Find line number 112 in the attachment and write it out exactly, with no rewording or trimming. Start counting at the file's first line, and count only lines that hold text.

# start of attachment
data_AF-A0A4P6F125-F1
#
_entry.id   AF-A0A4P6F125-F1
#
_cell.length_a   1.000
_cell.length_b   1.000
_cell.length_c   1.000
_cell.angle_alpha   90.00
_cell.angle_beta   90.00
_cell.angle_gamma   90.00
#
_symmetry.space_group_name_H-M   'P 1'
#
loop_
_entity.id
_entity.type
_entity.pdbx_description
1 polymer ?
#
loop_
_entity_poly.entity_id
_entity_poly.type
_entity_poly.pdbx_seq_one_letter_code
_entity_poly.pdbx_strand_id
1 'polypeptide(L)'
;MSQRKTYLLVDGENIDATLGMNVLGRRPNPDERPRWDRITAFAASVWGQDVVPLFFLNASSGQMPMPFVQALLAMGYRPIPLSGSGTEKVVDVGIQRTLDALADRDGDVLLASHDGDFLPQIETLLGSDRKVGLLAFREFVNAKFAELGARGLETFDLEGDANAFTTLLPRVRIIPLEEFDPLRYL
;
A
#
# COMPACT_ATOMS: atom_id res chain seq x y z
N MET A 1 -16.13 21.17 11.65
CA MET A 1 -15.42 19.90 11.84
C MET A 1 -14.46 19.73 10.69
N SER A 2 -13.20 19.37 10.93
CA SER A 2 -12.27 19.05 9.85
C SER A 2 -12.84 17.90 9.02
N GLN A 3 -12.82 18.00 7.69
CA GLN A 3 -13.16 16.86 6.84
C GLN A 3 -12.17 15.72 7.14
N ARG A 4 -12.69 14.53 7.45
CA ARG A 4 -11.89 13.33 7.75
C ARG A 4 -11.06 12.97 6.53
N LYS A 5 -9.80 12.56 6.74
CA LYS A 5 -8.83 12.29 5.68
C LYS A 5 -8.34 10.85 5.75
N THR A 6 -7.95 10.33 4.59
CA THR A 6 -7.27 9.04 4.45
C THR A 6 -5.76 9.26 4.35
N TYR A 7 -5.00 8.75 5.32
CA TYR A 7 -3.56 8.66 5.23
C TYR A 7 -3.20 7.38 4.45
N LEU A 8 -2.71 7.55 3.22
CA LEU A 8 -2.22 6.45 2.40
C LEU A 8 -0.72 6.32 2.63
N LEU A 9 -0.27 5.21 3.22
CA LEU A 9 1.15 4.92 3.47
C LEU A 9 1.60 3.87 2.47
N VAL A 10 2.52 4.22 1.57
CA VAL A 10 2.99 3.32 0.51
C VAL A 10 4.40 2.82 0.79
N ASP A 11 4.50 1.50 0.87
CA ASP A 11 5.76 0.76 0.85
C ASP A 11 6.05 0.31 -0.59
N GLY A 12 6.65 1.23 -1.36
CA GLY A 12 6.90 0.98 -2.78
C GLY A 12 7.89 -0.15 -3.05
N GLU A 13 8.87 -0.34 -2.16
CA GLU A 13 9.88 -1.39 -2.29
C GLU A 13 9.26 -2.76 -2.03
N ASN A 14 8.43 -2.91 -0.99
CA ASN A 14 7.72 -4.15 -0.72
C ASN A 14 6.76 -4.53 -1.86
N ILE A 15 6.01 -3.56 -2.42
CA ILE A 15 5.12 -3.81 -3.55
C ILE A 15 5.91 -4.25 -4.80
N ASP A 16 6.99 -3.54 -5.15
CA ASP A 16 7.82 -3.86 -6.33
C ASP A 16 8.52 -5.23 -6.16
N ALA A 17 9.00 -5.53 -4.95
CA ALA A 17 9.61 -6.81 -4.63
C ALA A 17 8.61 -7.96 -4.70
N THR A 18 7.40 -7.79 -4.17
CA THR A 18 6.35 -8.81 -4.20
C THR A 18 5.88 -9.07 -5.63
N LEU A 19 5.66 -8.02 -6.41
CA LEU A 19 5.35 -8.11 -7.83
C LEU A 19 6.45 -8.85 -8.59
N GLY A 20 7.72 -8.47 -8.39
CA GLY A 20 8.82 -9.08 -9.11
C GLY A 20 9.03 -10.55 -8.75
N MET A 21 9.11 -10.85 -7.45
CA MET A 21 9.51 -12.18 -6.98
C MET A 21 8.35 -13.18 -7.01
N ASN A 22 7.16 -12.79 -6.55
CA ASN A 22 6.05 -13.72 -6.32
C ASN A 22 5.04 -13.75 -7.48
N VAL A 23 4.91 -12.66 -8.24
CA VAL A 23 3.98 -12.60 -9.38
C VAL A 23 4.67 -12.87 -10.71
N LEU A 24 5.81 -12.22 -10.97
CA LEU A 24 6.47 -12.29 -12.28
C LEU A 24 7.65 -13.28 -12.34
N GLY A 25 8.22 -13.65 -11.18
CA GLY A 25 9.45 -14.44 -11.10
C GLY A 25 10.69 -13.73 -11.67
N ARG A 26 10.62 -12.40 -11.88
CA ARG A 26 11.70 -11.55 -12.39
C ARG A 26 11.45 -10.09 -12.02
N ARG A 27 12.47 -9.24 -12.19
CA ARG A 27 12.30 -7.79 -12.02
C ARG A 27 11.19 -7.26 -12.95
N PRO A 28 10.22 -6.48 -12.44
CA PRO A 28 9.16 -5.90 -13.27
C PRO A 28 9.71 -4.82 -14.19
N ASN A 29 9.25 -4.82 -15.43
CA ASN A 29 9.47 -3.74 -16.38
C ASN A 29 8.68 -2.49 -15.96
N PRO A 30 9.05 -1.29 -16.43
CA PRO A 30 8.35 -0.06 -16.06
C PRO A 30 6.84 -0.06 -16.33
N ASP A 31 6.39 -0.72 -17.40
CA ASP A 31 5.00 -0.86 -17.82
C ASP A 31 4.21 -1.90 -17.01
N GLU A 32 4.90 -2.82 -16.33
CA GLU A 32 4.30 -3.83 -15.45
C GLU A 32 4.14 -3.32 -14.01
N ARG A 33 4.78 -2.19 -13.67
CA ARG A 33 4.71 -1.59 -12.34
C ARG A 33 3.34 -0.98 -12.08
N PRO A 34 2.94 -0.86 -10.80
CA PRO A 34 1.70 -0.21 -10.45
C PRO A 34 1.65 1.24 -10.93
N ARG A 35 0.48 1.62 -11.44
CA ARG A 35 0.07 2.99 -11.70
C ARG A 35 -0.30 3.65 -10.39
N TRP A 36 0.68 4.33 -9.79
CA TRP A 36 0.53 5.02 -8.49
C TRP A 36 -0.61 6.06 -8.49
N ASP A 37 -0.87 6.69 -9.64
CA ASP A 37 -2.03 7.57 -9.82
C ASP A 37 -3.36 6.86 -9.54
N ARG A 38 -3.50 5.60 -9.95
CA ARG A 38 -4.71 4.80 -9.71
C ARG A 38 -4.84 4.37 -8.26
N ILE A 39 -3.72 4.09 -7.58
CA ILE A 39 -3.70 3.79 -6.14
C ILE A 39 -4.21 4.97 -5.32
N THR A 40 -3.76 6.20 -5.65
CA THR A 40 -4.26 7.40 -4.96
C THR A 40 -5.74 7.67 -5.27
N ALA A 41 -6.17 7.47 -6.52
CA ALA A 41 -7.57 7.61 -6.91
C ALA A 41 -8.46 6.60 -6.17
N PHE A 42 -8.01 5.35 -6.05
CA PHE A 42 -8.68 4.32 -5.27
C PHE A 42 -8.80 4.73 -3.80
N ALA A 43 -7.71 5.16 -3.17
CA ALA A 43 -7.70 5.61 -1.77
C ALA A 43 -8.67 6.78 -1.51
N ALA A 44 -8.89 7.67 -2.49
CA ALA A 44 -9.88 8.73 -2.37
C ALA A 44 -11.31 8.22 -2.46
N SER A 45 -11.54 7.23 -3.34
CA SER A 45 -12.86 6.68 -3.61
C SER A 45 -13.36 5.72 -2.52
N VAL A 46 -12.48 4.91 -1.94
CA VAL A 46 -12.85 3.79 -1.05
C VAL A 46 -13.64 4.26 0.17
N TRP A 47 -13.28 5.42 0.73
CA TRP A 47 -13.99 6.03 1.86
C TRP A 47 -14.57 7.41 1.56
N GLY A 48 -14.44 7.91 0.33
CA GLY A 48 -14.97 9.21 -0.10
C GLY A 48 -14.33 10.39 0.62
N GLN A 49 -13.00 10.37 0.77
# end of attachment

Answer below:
N PRO A 28 10.22 -6.48 -12.44